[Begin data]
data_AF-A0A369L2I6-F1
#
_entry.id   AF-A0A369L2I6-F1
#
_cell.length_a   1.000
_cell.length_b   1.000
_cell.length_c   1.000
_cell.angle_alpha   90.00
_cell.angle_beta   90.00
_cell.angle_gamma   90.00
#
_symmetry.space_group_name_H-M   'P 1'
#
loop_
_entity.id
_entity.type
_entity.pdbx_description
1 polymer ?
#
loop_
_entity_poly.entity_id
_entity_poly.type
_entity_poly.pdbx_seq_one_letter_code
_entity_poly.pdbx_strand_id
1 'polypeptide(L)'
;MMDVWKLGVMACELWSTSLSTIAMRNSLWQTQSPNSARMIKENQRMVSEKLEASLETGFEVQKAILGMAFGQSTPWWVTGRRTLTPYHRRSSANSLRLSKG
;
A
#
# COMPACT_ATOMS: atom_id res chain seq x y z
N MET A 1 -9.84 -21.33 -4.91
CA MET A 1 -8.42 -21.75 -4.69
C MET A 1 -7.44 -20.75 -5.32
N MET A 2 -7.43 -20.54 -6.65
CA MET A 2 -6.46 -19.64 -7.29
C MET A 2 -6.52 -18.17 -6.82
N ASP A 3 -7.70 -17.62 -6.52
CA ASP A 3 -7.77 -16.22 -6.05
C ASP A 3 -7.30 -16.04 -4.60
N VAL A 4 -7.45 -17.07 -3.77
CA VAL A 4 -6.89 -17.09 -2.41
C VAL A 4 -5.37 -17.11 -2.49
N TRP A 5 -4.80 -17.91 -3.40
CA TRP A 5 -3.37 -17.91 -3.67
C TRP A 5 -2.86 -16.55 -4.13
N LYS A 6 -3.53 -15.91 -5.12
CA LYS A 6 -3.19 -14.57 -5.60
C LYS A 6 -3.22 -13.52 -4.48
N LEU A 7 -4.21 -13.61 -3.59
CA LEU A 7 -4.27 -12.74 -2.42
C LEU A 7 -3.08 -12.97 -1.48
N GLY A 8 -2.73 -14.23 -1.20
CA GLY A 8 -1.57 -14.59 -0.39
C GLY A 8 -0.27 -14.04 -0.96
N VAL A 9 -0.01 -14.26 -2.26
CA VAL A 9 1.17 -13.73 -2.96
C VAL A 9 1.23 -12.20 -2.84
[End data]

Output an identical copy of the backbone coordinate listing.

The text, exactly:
data_AF-A0A369L2I6-F1
#
_entry.id   AF-A0A369L2I6-F1
#
_cell.length_a   1.000
_cell.length_b   1.000
_cell.length_c   1.000
_cell.angle_alpha   90.00
_cell.angle_beta   90.00
_cell.angle_gamma   90.00
#
_symmetry.space_group_name_H-M   'P 1'
#
loop_
_entity.id
_entity.type
_entity.pdbx_description
1 polymer ?
#
loop_
_entity_poly.entity_id
_entity_poly.type
_entity_poly.pdbx_seq_one_letter_code
_entity_poly.pdbx_strand_id
1 'polypeptide(L)'
;MMDVWKLGVMACELWSTSLSTIAMRNSLWQTQSPNSARMIKENQRMVSEKLEASLETGFEVQKAILGMAFGQSTPWWVTGRRTLTPYHRRSSANSLRLSKG
;
A
#
# COMPACT_ATOMS: atom_id res chain seq x y z
N MET A 1 -9.84 -21.33 -4.91
CA MET A 1 -8.42 -21.75 -4.69
C MET A 1 -7.44 -20.75 -5.32
N MET A 2 -7.43 -20.54 -6.65
CA MET A 2 -6.46 -19.64 -7.29
C MET A 2 -6.52 -18.17 -6.82
N ASP A 3 -7.70 -17.62 -6.52
CA ASP A 3 -7.77 -16.22 -6.05
C ASP A 3 -7.30 -16.04 -4.60
N VAL A 4 -7.45 -17.07 -3.77
CA VAL A 4 -6.89 -17.09 -2.41
C VAL A 4 -5.37 -17.11 -2.49
N TRP A 5 -4.80 -17.91 -3.40
CA TRP A 5 -3.37 -17.91 -3.67
C TRP A 5 -2.86 -16.55 -4.13
N LYS A 6 -3.53 -15.91 -5.12
CA LYS A 6 -3.19 -14.57 -5.60
C LYS A 6 -3.22 -13.52 -4.48
N LEU A 7 -4.21 -13.61 -3.59
CA LEU A 7 -4.27 -12.74 -2.42
C LEU A 7 -3.08 -12.97 -1.48
N GLY A 8 -2.73 -14.23 -1.20
CA GLY A 8 -1.57 -14.59 -0.39
C GLY A 8 -0.27 -14.04 -0.96
N VAL A 9 -0.01 -14.26 -2.26
CA VAL A 9 1.17 -13.73 -2.96
C VAL A 9 1.23 -12.20 -2.84